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Thursday, May 18, 2017

At Pre-App, P&Z Nixes Plan to Move Arts Center to Baron’s South

By James Lomuscio

A plan to move the Westport Arts Center (WAC) to the 22-acre town-owned Baron’s South property received a resounding show of disapproval from the Planning and Zoning Commission (P&Z) tonight. Image
The “Golden Shadows” mansion on the town-owned Baron’s South. (CLICK TO ENLARGE) Dave Matlow for

And this was only a pre-application hearing.

“I don’t think it’s going to fly, so go back to the drawing board,” P&Z Chairwoman Catherine Walsh told the plans supporters. “That would be my recommendation.”

The plan, months in the making and presented by Selectwoman Helen Garten and architect William Achilles on behalf of the WAC, is to make the four empty buildings of the former estate of the late Baron Walter Langer von Langendorf, the founder of Evyan Perfumes, into “a community arts campus,” Garten said.

The renovation would be in phases, Garten said, the first being transforming the former mansion, Golden Shadows, into WAC’s main building. Next, the guest house would be reworked into gallery space, Garten said, followed by the renovation of two smaller rental houses into residences for working artists.

“It would be a single integrated property as it was when it was the baron’s estate,” Garten said.

The problem is that the P&Z zoned Baron’s South more than two years ago as passive recreational open space. That was the reason why a seven-year-in the-works plan to building a senior housing complex there was defeated.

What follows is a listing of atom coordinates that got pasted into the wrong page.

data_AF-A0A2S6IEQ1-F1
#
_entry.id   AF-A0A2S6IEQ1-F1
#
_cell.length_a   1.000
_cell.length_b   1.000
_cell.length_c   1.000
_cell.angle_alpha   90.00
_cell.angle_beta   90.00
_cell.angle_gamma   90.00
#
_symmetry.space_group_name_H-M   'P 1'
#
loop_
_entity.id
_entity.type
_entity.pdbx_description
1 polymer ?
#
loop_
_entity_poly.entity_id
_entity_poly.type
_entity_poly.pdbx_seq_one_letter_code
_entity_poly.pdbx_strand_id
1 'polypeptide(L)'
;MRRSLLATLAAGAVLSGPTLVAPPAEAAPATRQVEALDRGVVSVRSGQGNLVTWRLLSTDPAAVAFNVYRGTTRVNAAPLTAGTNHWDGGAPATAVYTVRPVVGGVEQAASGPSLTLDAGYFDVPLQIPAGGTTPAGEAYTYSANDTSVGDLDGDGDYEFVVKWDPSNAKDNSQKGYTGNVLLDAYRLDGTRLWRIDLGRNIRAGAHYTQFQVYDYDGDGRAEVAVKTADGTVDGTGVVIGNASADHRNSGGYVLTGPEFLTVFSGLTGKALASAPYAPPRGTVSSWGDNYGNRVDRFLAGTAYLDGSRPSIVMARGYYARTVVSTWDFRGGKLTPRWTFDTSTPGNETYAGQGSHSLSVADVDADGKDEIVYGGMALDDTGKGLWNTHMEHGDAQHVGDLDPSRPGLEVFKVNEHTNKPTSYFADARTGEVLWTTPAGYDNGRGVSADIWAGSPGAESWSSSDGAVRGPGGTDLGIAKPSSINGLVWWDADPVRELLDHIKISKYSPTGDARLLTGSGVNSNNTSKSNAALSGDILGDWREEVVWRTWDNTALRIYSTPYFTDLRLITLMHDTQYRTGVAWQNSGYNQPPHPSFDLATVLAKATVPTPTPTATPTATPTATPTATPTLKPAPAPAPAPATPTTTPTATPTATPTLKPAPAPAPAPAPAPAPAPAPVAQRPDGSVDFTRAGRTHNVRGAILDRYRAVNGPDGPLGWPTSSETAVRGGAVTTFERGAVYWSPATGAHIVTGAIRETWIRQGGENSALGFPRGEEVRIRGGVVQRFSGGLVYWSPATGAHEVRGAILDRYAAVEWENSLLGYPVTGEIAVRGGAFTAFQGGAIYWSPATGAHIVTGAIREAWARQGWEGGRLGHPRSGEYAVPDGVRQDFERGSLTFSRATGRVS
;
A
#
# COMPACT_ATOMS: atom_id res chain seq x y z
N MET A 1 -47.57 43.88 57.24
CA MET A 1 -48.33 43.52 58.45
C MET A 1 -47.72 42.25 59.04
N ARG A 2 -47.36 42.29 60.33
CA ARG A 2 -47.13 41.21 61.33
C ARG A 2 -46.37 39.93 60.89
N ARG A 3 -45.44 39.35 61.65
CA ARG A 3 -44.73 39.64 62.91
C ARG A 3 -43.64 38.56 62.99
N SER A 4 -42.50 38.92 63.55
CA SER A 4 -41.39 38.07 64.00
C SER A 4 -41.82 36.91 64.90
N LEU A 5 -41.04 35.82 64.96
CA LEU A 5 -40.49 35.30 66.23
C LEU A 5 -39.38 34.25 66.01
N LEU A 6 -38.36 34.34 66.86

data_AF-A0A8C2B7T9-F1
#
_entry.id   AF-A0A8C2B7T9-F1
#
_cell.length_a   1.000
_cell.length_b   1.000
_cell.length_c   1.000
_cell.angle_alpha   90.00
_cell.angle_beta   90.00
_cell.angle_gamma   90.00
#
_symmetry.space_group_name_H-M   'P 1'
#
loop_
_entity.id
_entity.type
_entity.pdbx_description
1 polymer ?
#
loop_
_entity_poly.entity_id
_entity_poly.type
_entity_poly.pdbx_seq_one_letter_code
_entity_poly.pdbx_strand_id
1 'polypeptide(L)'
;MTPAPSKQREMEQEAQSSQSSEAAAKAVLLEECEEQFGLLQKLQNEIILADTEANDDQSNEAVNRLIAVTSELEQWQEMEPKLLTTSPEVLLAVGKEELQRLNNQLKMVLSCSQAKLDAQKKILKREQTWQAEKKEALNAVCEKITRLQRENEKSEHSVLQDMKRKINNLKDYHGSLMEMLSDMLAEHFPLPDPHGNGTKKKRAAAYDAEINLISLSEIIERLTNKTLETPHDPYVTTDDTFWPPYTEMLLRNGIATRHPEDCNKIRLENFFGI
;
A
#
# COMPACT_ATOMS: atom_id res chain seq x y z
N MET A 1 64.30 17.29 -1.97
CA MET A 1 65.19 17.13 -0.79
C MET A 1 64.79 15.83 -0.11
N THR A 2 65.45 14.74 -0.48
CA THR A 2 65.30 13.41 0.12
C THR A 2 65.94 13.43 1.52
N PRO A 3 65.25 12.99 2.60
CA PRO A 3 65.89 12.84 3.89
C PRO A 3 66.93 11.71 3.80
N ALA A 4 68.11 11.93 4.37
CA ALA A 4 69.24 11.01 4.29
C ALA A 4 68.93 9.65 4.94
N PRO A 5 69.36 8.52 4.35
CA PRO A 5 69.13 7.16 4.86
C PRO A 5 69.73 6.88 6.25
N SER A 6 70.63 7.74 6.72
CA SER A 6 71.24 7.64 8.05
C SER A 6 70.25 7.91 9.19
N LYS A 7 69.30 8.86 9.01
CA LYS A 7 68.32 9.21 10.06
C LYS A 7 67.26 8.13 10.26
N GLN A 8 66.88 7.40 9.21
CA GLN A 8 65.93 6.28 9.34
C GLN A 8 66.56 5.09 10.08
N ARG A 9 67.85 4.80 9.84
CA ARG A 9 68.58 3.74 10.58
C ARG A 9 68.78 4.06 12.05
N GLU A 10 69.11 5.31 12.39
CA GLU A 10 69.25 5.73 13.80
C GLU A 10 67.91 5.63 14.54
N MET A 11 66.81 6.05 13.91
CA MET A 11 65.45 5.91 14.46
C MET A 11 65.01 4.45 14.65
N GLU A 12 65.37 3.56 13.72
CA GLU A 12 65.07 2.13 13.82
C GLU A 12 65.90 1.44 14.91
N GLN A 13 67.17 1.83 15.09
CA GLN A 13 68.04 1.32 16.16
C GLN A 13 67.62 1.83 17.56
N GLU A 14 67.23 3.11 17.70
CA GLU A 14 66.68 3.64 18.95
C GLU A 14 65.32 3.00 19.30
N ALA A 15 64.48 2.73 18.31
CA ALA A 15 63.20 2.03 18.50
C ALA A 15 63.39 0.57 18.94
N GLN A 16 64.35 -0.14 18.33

Commissioner Al Gratrix, who was not present, had his letter read by commissioner Chip Stephens. The letter urged that the plan “be denied as it is not in keeping with passive open space.”

Other commissioners agreed.

Danielle Dobin said while she was a fan of the WAC, she was not sure if the WAC using all the buildings was consistent with the land’s intended use.

Stephens was the most vocal opponent, saying he “was somewhat nauseated and very much betrayed by this whole presentation.”

He said an arts center there was “definitely a very busy setting …events that bring in hundreds of people.”

“Quite frankly, if I was a senior in this town and this came to pass, I’d be asking for my piece on the other end again because this is developing what I see as a sacred piece of open space that we just don’t have very much more of in this town,” Stephens said.

Walsh reminded the applicants that opinions stated during a pre-application are nonbinding.


Posted 05/18/17 at 10:02 PM  Permalink


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